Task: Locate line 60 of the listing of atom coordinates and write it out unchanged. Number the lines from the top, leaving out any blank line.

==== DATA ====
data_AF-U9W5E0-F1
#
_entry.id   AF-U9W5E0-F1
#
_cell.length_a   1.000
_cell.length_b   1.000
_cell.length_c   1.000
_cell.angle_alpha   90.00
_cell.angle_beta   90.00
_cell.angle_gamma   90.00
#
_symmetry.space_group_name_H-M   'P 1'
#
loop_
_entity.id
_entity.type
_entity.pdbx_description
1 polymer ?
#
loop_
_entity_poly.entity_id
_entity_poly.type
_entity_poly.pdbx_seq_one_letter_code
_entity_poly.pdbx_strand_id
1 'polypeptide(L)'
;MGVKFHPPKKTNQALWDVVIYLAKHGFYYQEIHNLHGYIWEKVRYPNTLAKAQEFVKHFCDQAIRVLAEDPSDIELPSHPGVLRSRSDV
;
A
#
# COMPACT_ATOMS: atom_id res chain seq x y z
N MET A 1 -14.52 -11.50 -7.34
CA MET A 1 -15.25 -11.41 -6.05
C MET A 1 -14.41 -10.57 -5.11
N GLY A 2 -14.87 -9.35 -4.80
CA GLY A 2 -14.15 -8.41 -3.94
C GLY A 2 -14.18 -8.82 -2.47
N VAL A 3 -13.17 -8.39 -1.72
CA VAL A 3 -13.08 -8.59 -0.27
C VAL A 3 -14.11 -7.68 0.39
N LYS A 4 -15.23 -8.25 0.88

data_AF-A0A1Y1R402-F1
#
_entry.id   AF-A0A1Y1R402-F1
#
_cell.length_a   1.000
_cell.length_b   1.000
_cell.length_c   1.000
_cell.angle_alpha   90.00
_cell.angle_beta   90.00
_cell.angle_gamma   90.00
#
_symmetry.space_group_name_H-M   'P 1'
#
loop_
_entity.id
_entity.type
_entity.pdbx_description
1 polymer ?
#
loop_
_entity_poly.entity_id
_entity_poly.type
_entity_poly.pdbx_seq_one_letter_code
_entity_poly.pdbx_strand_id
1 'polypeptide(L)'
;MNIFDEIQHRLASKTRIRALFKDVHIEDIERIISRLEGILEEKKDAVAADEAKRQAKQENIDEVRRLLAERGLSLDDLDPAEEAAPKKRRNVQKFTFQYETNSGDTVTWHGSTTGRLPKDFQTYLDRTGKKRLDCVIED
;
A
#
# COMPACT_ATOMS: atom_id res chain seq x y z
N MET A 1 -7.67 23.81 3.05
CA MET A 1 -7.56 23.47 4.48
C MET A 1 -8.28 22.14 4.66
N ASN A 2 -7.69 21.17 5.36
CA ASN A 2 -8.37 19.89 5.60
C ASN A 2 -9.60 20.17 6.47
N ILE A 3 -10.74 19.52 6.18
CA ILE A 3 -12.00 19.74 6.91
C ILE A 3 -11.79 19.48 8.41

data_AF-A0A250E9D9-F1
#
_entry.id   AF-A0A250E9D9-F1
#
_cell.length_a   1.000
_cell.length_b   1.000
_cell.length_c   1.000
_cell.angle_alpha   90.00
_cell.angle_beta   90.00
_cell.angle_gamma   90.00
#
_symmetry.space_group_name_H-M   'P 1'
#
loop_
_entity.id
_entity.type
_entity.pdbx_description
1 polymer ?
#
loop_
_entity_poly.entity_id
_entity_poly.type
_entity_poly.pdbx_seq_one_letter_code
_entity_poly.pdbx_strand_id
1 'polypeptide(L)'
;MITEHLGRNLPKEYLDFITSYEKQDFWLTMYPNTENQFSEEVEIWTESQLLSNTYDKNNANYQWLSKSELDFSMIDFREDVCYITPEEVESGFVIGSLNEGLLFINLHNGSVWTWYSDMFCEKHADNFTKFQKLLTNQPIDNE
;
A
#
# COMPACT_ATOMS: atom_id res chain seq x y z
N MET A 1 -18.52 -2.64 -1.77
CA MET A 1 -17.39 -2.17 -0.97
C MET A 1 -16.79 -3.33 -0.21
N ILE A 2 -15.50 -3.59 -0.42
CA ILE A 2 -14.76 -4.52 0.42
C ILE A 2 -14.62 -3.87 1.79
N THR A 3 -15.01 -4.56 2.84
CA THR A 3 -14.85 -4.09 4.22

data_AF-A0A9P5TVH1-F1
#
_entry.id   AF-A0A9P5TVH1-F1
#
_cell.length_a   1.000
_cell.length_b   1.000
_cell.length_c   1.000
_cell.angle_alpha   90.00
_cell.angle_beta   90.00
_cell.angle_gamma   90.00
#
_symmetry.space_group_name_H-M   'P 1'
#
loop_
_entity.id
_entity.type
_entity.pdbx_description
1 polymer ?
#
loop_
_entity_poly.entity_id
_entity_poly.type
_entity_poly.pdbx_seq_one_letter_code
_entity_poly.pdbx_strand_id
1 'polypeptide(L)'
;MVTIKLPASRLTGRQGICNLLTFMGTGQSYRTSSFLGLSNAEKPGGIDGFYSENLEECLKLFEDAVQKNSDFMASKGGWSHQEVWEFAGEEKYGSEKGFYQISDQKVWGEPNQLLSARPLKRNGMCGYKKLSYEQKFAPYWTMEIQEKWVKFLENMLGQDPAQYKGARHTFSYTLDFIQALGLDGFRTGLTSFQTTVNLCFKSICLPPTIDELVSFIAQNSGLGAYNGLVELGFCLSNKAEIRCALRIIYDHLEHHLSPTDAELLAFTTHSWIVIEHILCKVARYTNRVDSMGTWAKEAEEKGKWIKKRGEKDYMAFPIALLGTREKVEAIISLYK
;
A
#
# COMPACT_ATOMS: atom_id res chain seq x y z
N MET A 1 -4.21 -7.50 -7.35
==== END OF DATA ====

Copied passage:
loop_